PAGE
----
How to Invest Over the Life-Cycle in the Presence of Background Risk?

34 Pages Posted: 11 May 2012 Last revised: 11 Aug 2012

See all articles by Jingjing Chai

Jingjing Chai

Goethe University Frankfurt - Department of Finance

Date Written: June 19, 2012


This paper investigates the impact of health and labor income risk on portfolio choice in a realistically calibrated life-cycle model. The model shows that health risk reduces the desired exposure to risky assets, consistent with empirical findings. Moreover, the model’s prediction matches empirical evidence, including the labor supply-health-age profile and retirement behavior. Furthermore, extending the model to incorporate the stylized fact that medical expenses of elderly are more volatile than those of younger individuals suggests rebalancing the portfolio so that it becomes more conservative as an investor nears retirement. This investment strategy is consistent with target retirement funds offered by financial advisers, yet the model suggests that the next wave of life-cycle fund designs should focus on both the year and age of retirement rather than only on the year of retirement. In the presence of background risk and a high historical equity risk premium, social insurance and bequest motives play an important role in explaining observed low risky asset holdings and low withdrawals of savings in later life.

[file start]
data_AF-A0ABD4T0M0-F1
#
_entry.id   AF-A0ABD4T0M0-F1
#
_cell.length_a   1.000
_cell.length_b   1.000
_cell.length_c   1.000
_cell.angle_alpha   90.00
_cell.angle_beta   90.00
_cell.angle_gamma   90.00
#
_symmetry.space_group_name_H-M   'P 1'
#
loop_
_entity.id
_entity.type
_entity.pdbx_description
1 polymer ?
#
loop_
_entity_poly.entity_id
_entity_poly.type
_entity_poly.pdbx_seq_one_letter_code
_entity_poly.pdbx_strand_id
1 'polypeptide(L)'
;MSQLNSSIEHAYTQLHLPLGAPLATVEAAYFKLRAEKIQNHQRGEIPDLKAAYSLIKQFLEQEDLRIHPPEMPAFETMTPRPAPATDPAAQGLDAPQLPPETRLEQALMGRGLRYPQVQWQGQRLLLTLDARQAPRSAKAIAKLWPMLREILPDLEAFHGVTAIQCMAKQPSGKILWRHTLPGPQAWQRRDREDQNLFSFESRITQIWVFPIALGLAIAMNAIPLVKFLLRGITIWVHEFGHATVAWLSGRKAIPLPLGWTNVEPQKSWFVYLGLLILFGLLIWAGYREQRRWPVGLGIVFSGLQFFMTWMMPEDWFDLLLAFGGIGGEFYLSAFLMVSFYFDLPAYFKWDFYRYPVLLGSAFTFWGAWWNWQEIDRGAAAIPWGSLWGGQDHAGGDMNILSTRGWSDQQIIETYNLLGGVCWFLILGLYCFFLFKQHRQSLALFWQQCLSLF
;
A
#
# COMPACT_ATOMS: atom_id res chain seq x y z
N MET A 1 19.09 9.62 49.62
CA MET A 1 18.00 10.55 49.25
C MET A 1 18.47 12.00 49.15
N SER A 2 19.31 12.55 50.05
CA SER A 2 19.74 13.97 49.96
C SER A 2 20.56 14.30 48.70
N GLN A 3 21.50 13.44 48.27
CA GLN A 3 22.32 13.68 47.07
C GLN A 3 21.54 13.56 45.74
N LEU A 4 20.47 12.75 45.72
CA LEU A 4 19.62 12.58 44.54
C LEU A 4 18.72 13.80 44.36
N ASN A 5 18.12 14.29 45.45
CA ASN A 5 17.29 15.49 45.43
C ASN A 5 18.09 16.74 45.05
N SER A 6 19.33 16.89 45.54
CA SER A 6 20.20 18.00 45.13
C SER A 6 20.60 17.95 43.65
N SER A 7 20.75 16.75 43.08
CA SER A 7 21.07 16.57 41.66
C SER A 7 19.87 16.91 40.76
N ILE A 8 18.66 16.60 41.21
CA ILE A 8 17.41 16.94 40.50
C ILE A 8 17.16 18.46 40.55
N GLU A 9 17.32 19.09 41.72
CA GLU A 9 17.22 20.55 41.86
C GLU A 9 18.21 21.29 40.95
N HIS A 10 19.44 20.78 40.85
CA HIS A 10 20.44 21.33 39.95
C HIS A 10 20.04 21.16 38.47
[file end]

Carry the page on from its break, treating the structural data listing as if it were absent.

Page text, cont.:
Keywords: Portfolio Choice, Household Finance, Health Risk, Labor Income Risk, Medical Expenditures, Life Cycle

Suggested Citation

Chai, Jingjing, How to Invest Over the Life-Cycle in the Presence of Background Risk? (June 19, 2012). Available at SSRN: or

Jingjing Chai (Contact Author)

Goethe University Frankfurt - Department of Finance ( email )

House of Finance
Grueneburgplatz 1
Frankfurt am Main, Hessen 60323

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